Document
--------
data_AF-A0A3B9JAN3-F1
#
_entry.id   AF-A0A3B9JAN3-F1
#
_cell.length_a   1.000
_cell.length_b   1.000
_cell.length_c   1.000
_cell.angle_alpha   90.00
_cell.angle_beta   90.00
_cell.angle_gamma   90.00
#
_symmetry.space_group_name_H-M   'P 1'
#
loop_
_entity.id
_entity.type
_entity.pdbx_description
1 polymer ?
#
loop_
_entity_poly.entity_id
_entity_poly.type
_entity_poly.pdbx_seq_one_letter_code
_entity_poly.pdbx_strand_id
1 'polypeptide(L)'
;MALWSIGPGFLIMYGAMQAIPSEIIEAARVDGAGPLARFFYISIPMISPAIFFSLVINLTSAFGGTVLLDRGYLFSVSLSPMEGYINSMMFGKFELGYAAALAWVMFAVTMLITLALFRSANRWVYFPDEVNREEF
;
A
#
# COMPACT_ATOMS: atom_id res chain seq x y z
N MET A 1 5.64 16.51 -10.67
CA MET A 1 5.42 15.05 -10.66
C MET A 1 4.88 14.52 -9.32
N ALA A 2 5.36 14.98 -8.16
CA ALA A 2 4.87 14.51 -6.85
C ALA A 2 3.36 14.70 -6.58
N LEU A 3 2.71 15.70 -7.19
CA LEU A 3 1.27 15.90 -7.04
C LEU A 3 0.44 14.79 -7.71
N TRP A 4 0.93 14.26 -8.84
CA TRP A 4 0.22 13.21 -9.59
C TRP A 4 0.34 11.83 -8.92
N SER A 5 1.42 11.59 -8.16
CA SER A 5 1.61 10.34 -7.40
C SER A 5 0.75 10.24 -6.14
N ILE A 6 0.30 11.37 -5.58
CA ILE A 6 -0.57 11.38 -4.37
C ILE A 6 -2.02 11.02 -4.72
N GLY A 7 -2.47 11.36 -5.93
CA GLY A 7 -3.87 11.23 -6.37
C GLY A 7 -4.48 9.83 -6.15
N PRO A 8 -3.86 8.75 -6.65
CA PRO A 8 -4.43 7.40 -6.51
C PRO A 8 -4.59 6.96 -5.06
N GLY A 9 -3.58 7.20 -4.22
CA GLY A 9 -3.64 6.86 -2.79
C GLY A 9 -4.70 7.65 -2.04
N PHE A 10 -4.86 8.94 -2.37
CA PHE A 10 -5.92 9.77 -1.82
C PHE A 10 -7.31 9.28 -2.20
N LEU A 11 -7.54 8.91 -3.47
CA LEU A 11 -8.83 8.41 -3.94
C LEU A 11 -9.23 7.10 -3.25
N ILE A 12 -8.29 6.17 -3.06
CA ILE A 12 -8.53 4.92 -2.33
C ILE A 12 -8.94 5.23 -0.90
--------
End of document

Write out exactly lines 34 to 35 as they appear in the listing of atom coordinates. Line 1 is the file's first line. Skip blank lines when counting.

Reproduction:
N ALA A 2 5.36 14.98 -8.16
CA ALA A 2 4.87 14.51 -6.85